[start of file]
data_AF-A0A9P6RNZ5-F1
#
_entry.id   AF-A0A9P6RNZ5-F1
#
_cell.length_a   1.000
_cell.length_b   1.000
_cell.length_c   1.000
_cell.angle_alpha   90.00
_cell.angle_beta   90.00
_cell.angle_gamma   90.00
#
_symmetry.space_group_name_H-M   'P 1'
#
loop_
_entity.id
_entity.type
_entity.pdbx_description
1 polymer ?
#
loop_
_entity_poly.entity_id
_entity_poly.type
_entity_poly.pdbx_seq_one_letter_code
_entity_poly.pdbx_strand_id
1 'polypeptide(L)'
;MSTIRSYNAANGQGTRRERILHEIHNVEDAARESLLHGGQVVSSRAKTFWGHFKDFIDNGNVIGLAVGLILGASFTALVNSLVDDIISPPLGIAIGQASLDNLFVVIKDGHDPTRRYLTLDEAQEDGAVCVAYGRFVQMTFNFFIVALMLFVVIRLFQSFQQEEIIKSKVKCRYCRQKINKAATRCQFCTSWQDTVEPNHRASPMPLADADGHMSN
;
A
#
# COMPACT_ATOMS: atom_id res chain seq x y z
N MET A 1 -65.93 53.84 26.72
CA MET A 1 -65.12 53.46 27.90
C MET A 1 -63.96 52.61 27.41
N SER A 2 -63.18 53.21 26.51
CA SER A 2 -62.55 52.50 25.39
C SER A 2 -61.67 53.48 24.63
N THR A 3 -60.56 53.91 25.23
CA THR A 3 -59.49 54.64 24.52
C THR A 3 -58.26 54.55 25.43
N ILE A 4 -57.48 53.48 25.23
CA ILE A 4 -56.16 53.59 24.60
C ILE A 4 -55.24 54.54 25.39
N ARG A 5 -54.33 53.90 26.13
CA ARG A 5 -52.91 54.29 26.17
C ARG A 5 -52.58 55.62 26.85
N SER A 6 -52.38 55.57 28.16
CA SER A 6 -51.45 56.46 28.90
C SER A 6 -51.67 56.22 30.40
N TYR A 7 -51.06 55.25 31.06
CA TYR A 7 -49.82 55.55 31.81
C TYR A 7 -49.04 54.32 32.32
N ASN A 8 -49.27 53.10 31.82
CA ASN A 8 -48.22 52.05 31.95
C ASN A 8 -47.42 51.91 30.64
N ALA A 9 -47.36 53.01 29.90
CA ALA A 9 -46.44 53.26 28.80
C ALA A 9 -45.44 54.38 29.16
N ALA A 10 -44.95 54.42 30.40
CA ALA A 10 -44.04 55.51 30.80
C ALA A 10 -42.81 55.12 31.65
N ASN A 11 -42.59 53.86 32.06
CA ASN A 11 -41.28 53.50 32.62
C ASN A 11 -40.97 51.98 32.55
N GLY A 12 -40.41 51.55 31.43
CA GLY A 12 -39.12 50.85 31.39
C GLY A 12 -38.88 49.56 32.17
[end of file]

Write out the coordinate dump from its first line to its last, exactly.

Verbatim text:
data_AF-A0A9P6RNZ5-F1
#
_entry.id   AF-A0A9P6RNZ5-F1
#
_cell.length_a   1.000
_cell.length_b   1.000
_cell.length_c   1.000
_cell.angle_alpha   90.00
_cell.angle_beta   90.00
_cell.angle_gamma   90.00
#
_symmetry.space_group_name_H-M   'P 1'
#
loop_
_entity.id
_entity.type
_entity.pdbx_description
1 polymer ?
#
loop_
_entity_poly.entity_id
_entity_poly.type
_entity_poly.pdbx_seq_one_letter_code
_entity_poly.pdbx_strand_id
1 'polypeptide(L)'
;MSTIRSYNAANGQGTRRERILHEIHNVEDAARESLLHGGQVVSSRAKTFWGHFKDFIDNGNVIGLAVGLILGASFTALVNSLVDDIISPPLGIAIGQASLDNLFVVIKDGHDPTRRYLTLDEAQEDGAVCVAYGRFVQMTFNFFIVALMLFVVIRLFQSFQQEEIIKSKVKCRYCRQKINKAATRCQFCTSWQDTVEPNHRASPMPLADADGHMSN
;
A
#
# COMPACT_ATOMS: atom_id res chain seq x y z
N MET A 1 -65.93 53.84 26.72
CA MET A 1 -65.12 53.46 27.90
C MET A 1 -63.96 52.61 27.41
N SER A 2 -63.18 53.21 26.51
CA SER A 2 -62.55 52.50 25.39
C SER A 2 -61.67 53.48 24.63
N THR A 3 -60.56 53.91 25.23
CA THR A 3 -59.49 54.64 24.52
C THR A 3 -58.26 54.55 25.43
N ILE A 4 -57.48 53.48 25.23
CA ILE A 4 -56.16 53.59 24.60
C ILE A 4 -55.24 54.54 25.39
N ARG A 5 -54.33 53.90 26.13
CA ARG A 5 -52.91 54.29 26.17
C ARG A 5 -52.58 55.62 26.85
N SER A 6 -52.38 55.57 28.16
CA SER A 6 -51.45 56.46 28.90
C SER A 6 -51.67 56.22 30.40
N TYR A 7 -51.06 55.25 31.06
CA TYR A 7 -49.82 55.55 31.81
C TYR A 7 -49.04 54.32 32.32
N ASN A 8 -49.27 53.10 31.82
CA ASN A 8 -48.22 52.05 31.95
C ASN A 8 -47.42 51.91 30.64
N ALA A 9 -47.36 53.01 29.90
CA ALA A 9 -46.44 53.26 28.80
C ALA A 9 -45.44 54.38 29.16
N ALA A 10 -44.95 54.42 30.40
CA ALA A 10 -44.04 55.51 30.80
C ALA A 10 -42.81 55.12 31.65
N ASN A 11 -42.59 53.86 32.06
CA ASN A 11 -41.28 53.50 32.62
C ASN A 11 -40.97 51.98 32.55
N GLY A 12 -40.41 51.55 31.43
CA GLY A 12 -39.12 50.85 31.39
C GLY A 12 -38.88 49.56 32.17